Luckily, he has already held forth on this subject in one of his books on writing, Fiction First Aid. (His other book on writing, The Novelist's Essential Guide to Crafting Scenes, continues to do steady business seven years after publication.) Ray has agreed to let me swipe the following from Fiction First Aid as his contribution to this discussion:
Some writers prepare detailed outlines of their novels before they start. They know everything that will happen from the moment the hero pulls out his gun on the first page until he kisses the love interest 358 pages later. For example, when Edgar nominee Robert Irvine once spoke to my writing class about outlining, he brought with him a typical outline that he uses when writing a novel. It was seventy pages long! It included dialogue, character sketches, chapter-by-chapter breakdowns—just about everything but what to eat while writing the book.
On the other hand, when novelist Ross Thomas spoke to my class, he claimed that he never started with an outline, that it took away the thrill of discovery. When his protagonist walked into a room, Ross told us, he wanted to be looking over his shoulder, just as surprised as his character.
I fall somewhere between. I use what I call a slap-dash outline, one that describes only the chapters immediately ahead of me. This allows me to maintain the spontaneity of discovery, yet provides a compass that points me in the general direction I need to go.
When I write my first chapter, I often have no idea what the novel is about. And for the next chapters, I avoid thinking too much about what will happen down the road in the novel. Technically, the beginning of a novel should establish tone, character, and plot. But let’s face reality. The purpose of the novel’s opening chapter is to grab readers by the throat and not let go until they are compelled to find out what happens next. So when I start a novel, I’m thinking only about writing a novel that does that—to me. It must interest me so intensely that I’ll want to write the rest of the novel just to discover what happens next…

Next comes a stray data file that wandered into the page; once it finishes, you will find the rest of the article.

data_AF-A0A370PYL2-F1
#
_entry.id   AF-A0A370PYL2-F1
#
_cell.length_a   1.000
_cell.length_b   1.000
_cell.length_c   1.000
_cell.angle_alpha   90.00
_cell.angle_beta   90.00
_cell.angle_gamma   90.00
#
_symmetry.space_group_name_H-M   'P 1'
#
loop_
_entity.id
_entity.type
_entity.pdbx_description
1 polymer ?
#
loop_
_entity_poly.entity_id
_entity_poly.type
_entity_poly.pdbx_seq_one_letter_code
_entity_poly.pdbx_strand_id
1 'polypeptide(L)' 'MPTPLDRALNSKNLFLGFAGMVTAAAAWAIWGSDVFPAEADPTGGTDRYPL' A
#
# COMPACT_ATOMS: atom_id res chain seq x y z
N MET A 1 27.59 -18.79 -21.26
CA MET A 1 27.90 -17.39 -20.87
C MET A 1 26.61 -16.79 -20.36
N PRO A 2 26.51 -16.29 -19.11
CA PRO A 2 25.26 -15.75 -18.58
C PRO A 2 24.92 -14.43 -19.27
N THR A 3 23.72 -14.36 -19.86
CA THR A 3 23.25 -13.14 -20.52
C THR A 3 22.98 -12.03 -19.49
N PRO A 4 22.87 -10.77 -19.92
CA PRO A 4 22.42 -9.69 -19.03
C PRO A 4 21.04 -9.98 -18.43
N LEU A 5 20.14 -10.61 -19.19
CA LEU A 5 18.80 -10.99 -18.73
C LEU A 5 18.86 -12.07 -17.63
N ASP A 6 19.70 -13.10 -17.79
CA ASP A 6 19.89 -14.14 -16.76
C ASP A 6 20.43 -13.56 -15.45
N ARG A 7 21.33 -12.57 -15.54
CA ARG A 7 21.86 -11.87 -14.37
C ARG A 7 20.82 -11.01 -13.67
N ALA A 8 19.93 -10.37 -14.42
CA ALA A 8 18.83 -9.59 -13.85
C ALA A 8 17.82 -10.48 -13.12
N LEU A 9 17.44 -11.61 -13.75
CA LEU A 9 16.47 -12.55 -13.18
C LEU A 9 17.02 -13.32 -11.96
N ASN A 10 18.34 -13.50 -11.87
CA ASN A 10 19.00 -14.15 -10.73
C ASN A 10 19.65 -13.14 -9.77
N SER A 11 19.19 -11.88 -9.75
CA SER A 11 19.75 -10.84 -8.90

Once you’ve written that riveting opening chapter or two, you will need to create some kind of outline. Many writers know the ending of their books before they start writing the first word…Outlines are just road maps to these destinations. For me, the slap-dash outline is road map enough because it encourages my curiosity, which helps me intensify the suspense, yet still lets me know enough about where I’m going not to panic.
[F]or the first third to half of a novel, you can limit your outlining to three or four chapters ahead of where you are. This is enough to keep you from getting stuck, but not enough to kill the freshness or momentum of your writing…
The further along you get in your novel, the more detailed your slap-dash outline will become. For the first half of a book, you might need only a few lines under each chapter heading…However, as the novel becomes more complex, with all the subplots coming together, you may need to write much more under each heading. Also, you may need to outline more than a few chapters in advance. In fact, there will be a definite point, usually two-thirds of the way through, where you’ll have to outline the rest of your novel. Again, you may not stick to the order or even the events you outline, but you’ll at least know the basic elements that need to be in the novel.
The book also includes a reproduction of one of Ray's slap-dash outlines (beneath his comment that "At first glance these notes look like the drug-induced scribblings of someone who claims frequent sightings of UFOs, but they make sense to me.")Raymond then adds an odd flourish—the After-The-Fact Outline. This outline breaks down the novel into scenes on (shades of Roger Morris) colored index cards. Ray claims this allows him to see the shape of the book better, to note where the tone, length, or pacing of scenes might be repetitive, and consider which scenes might be moved around for maximum effectiveness. Many screenwriters (and Raymond is one himself) lay out their scenes on index cards as a kind of proto-storyboard. In any case, Raymond’s method is an interesting hybrid, with a fairly free-form initial process, followed by a highly organized attack on the finished draft.
Wait until I tell him about Roger's A3 transparency paper. He's gonna love that.